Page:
I tried to make Tetris his nickname, but it never really stuck. That wasn’t fetch, that was not fetch at all.

What you learnt from playing Tetris:

  • How to suck at managing long lines.
  • How to manipulate things to make them easier to manage.
  • How to judge everything by certain criteria and nothing else.
  • How to make things disappear by letting things stack up on top of them.
  • How to force things into a space where they clearly have no reason to be.

How can you use these skills to make money?

  • You should obviously work for a Job Service Agency.
ContraNES
It’s just a jump to the UP UP DOWN DOWN and then a step to LEFT RIGHT LEFT RI-ye-i-ye-IGHT. You put your hands on your A button, B button and bring your knees in tight. Let’s do the Konami code again! (Wikipedia)

2 – Video Game Boot Camp: Contra

What you learnt from playing Contra:

  • How to cheat and get away with it. That’s basically it.

How can you use that skill to make money?

  • Politician.

Unless you’re Barnaby Joyce (see also: ‘and get away with it’).

HOORAH!
Press HOORAH! to pay respects. (Wikipedia)

1 – Video Game Boot Camp: America’s Army

America’s Army is one of those strange games where it’s named after the developers. That’s right: America’s Army was produced by America’s Army, and is primarily about (wait for it, you won’t see this coming) things you would do if you were in America’s Army.

I’d like you to read the very first sentence of the Wikipedia page for America’s Army, which I have lovingly copy-pasted below for your convenience because I love you and want to do nice things for you.

“America’s Army is a game technology platform used to develop first-person shooter (FPS) video games published in 2002 by the U.S. Army ”

As they say on Reddit: Read that last sentence again, but much slower this time.

That’s right: This game was designed by the US Military to be a legitimate Virtual Reality Boot Camp. Please note that I have clearly used a buzzword to make ‘electronic entertainment’ sound like it’s way more realistic and immersive than it actually is, because I’m trying to be a real journalist here.

Anyway, THIS is why we haven’t really heard anything about Video Game Violence for years, see? Because if you take that idea on, then you’re taking on the US Army by proxy.

Again, as Reddit says: Read that last sentence again, but slower this time. Our Video Game Violence isn’t just okay, it’s sanctioned by the largest group of high-tech warriors in actual real-life existence.

Everybody wanna be like 'mic'.
Don’t worry if you don’t know why this picture is here. I’m foreshadowing. (Wikipedia)

And then along comes President Trump! Regardless of what you think of him or his existence as a living meme, he’s very interesting in one rarely-mentioned way: He’s the first American President in recent history who doesn’t toe the line for the military-industrial complex.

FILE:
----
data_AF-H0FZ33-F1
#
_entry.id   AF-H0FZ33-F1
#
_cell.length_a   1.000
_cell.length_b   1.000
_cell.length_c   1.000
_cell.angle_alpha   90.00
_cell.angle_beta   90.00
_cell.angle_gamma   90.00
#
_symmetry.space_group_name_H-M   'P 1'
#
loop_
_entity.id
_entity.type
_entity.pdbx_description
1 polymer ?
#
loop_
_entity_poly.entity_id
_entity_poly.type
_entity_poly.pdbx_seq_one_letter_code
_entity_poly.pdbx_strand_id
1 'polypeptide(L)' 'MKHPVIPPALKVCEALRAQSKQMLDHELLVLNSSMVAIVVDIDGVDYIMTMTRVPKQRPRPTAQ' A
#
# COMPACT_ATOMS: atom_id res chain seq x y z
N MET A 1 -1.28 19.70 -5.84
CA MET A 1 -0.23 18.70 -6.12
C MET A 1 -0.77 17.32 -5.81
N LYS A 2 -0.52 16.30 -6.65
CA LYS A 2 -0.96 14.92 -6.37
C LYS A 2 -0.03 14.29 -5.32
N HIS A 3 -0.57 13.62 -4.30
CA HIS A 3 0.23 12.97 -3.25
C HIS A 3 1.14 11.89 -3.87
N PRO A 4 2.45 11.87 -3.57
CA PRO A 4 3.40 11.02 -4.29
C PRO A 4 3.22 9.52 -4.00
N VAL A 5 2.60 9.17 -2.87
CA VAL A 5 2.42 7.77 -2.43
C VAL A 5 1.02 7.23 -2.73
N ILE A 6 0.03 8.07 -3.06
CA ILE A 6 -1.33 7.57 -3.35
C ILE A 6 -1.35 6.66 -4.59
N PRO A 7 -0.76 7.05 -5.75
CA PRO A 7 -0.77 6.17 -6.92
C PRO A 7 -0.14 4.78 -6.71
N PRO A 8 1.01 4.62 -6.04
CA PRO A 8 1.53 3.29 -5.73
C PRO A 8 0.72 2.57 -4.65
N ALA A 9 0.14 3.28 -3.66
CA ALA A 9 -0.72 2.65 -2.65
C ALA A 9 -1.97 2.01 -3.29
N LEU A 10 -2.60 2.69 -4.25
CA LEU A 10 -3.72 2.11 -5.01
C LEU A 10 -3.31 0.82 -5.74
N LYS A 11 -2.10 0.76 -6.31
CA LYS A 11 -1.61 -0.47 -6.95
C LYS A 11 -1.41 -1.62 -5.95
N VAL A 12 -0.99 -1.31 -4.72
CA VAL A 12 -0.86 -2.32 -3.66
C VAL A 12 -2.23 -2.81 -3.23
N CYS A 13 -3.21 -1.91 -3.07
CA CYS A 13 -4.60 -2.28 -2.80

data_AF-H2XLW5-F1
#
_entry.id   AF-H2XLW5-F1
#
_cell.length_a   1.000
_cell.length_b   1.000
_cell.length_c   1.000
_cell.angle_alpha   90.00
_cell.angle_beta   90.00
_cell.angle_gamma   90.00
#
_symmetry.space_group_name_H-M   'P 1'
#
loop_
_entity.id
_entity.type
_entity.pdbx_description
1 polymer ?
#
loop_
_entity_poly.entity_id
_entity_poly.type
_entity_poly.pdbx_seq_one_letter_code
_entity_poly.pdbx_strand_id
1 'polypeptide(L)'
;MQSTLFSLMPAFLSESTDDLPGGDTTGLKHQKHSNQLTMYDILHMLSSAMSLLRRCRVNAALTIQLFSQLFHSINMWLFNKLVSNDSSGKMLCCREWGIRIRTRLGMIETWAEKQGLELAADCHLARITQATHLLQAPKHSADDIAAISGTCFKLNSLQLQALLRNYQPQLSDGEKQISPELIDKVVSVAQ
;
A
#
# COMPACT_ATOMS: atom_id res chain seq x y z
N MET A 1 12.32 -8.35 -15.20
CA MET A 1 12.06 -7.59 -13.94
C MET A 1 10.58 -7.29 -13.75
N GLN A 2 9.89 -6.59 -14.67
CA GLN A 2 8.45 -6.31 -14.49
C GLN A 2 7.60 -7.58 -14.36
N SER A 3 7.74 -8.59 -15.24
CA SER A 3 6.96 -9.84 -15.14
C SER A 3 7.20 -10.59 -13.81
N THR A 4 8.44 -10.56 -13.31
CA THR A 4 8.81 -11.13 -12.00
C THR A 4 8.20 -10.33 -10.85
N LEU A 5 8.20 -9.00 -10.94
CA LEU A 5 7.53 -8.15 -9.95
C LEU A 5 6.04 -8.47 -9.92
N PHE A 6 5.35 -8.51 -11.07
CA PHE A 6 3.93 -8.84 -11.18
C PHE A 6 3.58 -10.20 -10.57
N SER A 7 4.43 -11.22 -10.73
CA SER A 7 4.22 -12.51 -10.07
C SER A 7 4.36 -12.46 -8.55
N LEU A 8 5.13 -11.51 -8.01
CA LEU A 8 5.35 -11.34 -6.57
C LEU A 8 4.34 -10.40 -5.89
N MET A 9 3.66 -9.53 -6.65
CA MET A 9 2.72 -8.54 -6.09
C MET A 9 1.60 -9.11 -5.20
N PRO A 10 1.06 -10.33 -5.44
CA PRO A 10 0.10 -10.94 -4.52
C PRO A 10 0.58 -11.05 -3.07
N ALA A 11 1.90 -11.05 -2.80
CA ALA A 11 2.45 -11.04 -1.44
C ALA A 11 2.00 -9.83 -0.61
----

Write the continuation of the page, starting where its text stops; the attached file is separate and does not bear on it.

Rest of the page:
His willingness to get involved in the politics of the gaming industry about the laughable and still unproven claim that video game violence has any bearing on violent behaviour – and not about the shabby business practices of the gaming industry because he’s a businessman himself – is proof that he doesn’t care to ‘play nice’ with the military.

Bush Jr might not have been considered the most MENSA-eligible president, but even he knew not to take on America’s Army.

But you’re not here for well-thought-out and fresh ideas about the world in which we live, are you? If you wanted that, you’d be reading something from a major media outlet. You know, where all the real journalists are.

No, you’re here to be entertained by my stupid and not-famous-enough-to-even-be-controversial thoughts.

What you learnt from playing America’s Army:

  • How to use a gun.
  • How to maintain a gun.
  • How to correctly equip body armour.
  • How to defend your nation with weapons.
  • How to command a group of subordinates to quickly find cover.

How can you use these skills to make money?

  • Teaching in America.
How come nobody wanna be like 'mic'?
This mic is on the floor because I dropped it just now. (Wikipedia)

As you’ve probably gauged from my perfectly refined satire (thanks to my overworked editor)*, video games are not the issue.

We haven’t learnt dangerous skills – or any real skills for that matter – from gaming.

The causal link between the two is absent and reactionary. Here, these real journalists lay it out clearly in this very funkadelic (sorry for saying funkadelic) video.

If you enjoyed this list format, then why not check out some more from Digital Fox Media?

*I feel obliged to say that I, Liam, typed this bit in. My editor originally wrote ‘thanks Mum’ but my mother (as much as I love her) isn’t the one editing my work and making me cleverer than I am. Wait, should that be ‘more clever’? Well, you see my point I’m sure.

Liam Padmore, sometimes referred to as the duck-billed platypus, is a semiaquatic egg-laying mammal endemic to eastern Australia, including Tasmania.